And that's when it happened for the second time. Gravity took over, and I repeated the same tumbling sequence, and found myself near tears, on my back, toward the bottom of the slope. I'd almost made it to the easy part of the run. 

"Dang it!"  I muttered over and over, or something really close to that. Skiing injuries bring out my vocabulary from my old days as a sailor.

A snowboarder came flying down the hill.  "You okay?" she yelled over her shoulder.

"I've wrecked my knee," I said, as she continued on her merry way. "Thanks for asking," I muttered.

It was comforting to me that I wasn't actually crying. Last year, when I tore my ligament, I cried. And let loose my entire repertoire of sailor words. Since my emotions weren't spiraling out of control this time, I took that as a good sign that perhaps less damage had occurred.

When I finally made it down to the ski lift, who should I see but my cheerful snowboarding friend, who did actually seem to be concerned. I hobbled/skied to the ski lift operator, assuring them both I'd be okay, and plopped myself onto the double chair, and braced myself for the long ride up the hill, my knee screaming with the weight of my boot and ski pulling it downward in a bent position.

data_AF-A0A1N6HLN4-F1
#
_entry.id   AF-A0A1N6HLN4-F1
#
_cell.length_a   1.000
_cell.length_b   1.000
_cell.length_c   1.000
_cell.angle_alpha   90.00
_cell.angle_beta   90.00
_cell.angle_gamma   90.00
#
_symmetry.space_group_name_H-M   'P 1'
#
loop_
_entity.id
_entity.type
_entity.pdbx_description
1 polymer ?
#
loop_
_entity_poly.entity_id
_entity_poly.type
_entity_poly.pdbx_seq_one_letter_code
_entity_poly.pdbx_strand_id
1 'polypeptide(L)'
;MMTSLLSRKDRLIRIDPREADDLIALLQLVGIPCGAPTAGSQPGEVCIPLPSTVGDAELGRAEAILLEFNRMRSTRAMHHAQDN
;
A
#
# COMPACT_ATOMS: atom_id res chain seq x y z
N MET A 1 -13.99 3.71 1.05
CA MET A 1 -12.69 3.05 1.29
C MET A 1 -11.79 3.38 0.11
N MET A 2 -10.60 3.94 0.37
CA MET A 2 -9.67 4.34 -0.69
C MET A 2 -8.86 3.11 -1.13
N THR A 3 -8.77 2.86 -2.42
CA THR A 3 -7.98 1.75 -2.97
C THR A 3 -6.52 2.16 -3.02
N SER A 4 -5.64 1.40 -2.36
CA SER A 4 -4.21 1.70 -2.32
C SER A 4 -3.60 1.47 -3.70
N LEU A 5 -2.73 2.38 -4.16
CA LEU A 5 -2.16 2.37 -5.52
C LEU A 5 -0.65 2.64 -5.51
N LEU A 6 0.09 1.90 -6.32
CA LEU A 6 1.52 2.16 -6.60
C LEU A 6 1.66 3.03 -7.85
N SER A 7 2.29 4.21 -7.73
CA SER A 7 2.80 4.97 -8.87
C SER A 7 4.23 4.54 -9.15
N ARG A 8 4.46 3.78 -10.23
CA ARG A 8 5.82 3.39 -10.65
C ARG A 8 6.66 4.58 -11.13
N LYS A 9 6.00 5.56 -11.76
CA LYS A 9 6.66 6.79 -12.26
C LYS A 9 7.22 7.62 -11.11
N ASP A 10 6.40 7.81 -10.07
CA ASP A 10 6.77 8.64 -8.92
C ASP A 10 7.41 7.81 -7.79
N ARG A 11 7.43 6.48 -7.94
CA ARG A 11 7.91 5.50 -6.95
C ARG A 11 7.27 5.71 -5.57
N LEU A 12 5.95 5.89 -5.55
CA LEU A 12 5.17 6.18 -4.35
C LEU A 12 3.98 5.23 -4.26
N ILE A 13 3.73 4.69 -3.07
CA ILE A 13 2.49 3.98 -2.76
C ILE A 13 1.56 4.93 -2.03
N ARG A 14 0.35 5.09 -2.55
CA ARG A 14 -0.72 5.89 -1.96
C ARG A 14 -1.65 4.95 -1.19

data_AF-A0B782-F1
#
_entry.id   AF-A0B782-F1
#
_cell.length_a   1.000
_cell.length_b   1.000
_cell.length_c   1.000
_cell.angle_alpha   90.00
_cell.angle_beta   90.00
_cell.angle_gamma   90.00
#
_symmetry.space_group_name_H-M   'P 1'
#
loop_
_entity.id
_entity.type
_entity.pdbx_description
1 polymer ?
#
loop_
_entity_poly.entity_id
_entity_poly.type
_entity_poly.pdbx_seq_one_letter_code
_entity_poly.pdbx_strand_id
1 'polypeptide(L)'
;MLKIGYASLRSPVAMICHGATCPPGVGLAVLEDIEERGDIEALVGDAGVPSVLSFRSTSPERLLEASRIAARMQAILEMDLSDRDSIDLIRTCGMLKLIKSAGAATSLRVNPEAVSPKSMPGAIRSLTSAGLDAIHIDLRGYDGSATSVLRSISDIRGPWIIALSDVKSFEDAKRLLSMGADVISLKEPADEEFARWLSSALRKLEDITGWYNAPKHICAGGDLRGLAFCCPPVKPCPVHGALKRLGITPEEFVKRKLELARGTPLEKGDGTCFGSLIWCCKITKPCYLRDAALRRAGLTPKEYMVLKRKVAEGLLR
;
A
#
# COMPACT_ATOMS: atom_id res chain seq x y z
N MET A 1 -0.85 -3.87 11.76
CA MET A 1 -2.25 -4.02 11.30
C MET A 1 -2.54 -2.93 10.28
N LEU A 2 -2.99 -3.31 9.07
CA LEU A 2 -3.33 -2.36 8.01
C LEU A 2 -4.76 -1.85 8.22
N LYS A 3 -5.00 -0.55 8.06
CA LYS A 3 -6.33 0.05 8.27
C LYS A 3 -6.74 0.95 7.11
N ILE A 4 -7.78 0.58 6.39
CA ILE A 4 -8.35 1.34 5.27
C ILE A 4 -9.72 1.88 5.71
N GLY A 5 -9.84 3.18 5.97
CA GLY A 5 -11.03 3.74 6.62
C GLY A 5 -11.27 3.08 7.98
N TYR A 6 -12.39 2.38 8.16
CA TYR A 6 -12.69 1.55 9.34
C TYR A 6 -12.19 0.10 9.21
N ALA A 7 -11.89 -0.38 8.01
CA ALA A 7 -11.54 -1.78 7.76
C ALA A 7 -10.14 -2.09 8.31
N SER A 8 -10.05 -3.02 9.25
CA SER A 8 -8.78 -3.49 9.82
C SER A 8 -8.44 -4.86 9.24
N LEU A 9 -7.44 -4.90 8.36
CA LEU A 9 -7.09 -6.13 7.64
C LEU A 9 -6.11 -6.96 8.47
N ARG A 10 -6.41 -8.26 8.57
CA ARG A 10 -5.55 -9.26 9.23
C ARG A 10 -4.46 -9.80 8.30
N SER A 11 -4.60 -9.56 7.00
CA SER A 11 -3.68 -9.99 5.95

A nice kid on the shuttle back to the lodge noticed I wasn't moving very well, and helped me gather my skis and poles, and tried to help me off the bus. I headed for my car, wishing I were home, in my recliner, warm and dry, and comfortable. After depositing all of my gear in the trunk, I walked stiff-legged toward the ski patrol hut. A friendly face greeted me at the door.

"May I have a bag for some snow?" I asked. I learned last year that they don't distribute ice packs at ski resorts.  Such clever folk; they use their most abundant resource. The EMT pulled off a 20 gallon size kitchen can bag for my use. I looked at him questioningly. 

"Are you SERIOUS? Don't you have anything smaller?" He laughed, and managed to find a more suitably-sized grocery sack from Walmart. I filled it with snow, and hobbled back to my car to wait for the boys. Luckily, I had some of Marley's doggy-doo bags in the car, and double-wrapped my bag of snow, and settled in for a wait.

In hardly any time at all, the boys surprised me by showing up at the car. They had had their fill, too, and started removing all of their snow gear. The ride home seemed to last forever, but was as enjoyable as it could be with the boys bantering back and forth about their day, and the good-natured conversation helped me focus on something else. The ibuprofen and ice worked together so that about an hour down the road, as long as I didn't move, I felt pretty well.

Would I do it again? You bet I would. We braved the minus 11 temps of the morning, and skied long enough to see the thermometer see 19 degrees. My rheumatologist would not be impressed that I'd taken another chance on skiing, but I decided last year, life is for living, and not living in fear. Life is more fun with plenty of fun and games. I'll take the pleasure and the pain. As long as I keep living, and trying to laugh about the mishaps that are sure to befall a klutz like me, I should have plenty to write about for years to come.

More Mishaps and Misadventures in Skiing:

Too Big for My (Ski) Britches

The Novice Skier; That Would Be Me!

Learning to Ski as a 50-something

Overthinking Skiing

No More Skiing?

Goodbye, Skis...